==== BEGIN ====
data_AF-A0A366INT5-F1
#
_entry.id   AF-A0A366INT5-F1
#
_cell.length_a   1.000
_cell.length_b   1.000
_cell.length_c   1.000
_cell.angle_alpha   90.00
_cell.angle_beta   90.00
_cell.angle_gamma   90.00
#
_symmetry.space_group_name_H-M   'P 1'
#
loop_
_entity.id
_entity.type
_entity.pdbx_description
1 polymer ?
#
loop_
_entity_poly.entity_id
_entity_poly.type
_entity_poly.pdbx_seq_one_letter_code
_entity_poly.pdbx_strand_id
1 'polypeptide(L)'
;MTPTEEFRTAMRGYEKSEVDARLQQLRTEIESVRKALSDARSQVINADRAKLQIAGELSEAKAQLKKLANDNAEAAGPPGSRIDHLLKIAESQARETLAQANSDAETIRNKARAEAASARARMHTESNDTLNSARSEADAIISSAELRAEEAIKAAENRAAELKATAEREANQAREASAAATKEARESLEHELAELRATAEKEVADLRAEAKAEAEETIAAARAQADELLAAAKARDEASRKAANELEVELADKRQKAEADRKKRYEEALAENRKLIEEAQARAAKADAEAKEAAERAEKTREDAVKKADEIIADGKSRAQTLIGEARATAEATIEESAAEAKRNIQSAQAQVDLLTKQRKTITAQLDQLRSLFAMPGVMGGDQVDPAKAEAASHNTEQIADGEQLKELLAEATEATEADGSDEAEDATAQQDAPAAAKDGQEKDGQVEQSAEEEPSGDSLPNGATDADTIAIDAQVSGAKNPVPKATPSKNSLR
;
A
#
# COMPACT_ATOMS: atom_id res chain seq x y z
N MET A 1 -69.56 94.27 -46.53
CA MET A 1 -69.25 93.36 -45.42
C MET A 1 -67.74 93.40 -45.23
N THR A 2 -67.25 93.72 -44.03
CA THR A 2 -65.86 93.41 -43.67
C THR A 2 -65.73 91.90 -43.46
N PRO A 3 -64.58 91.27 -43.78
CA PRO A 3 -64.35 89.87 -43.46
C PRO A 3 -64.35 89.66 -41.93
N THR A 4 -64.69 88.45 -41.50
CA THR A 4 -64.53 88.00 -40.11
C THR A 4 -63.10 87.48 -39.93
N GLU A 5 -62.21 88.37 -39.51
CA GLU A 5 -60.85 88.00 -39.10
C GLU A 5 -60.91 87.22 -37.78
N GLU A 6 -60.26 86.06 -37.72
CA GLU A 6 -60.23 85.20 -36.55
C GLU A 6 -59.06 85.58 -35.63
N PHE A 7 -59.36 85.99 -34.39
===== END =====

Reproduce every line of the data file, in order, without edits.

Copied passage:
data_AF-A0A366INT5-F1
#
_entry.id   AF-A0A366INT5-F1
#
_cell.length_a   1.000
_cell.length_b   1.000
_cell.length_c   1.000
_cell.angle_alpha   90.00
_cell.angle_beta   90.00
_cell.angle_gamma   90.00
#
_symmetry.space_group_name_H-M   'P 1'
#
loop_
_entity.id
_entity.type
_entity.pdbx_description
1 polymer ?
#
loop_
_entity_poly.entity_id
_entity_poly.type
_entity_poly.pdbx_seq_one_letter_code
_entity_poly.pdbx_strand_id
1 'polypeptide(L)'
;MTPTEEFRTAMRGYEKSEVDARLQQLRTEIESVRKALSDARSQVINADRAKLQIAGELSEAKAQLKKLANDNAEAAGPPGSRIDHLLKIAESQARETLAQANSDAETIRNKARAEAASARARMHTESNDTLNSARSEADAIISSAELRAEEAIKAAENRAAELKATAEREANQAREASAAATKEARESLEHELAELRATAEKEVADLRAEAKAEAEETIAAARAQADELLAAAKARDEASRKAANELEVELADKRQKAEADRKKRYEEALAENRKLIEEAQARAAKADAEAKEAAERAEKTREDAVKKADEIIADGKSRAQTLIGEARATAEATIEESAAEAKRNIQSAQAQVDLLTKQRKTITAQLDQLRSLFAMPGVMGGDQVDPAKAEAASHNTEQIADGEQLKELLAEATEATEADGSDEAEDATAQQDAPAAAKDGQEKDGQVEQSAEEEPSGDSLPNGATDADTIAIDAQVSGAKNPVPKATPSKNSLR
;
A
#
# COMPACT_ATOMS: atom_id res chain seq x y z
N MET A 1 -69.56 94.27 -46.53
CA MET A 1 -69.25 93.36 -45.42
C MET A 1 -67.74 93.40 -45.23
N THR A 2 -67.25 93.72 -44.03
CA THR A 2 -65.86 93.41 -43.67
C THR A 2 -65.73 91.90 -43.46
N PRO A 3 -64.58 91.27 -43.78
CA PRO A 3 -64.35 89.87 -43.46
C PRO A 3 -64.35 89.66 -41.93
N THR A 4 -64.69 88.45 -41.50
CA THR A 4 -64.53 88.00 -40.11
C THR A 4 -63.10 87.48 -39.93
N GLU A 5 -62.21 88.37 -39.51
CA GLU A 5 -60.85 88.00 -39.10
C GLU A 5 -60.91 87.22 -37.78
N GLU A 6 -60.26 86.06 -37.72
CA GLU A 6 -60.23 85.20 -36.55
C GLU A 6 -59.06 85.58 -35.63
N PHE A 7 -59.36 85.99 -34.39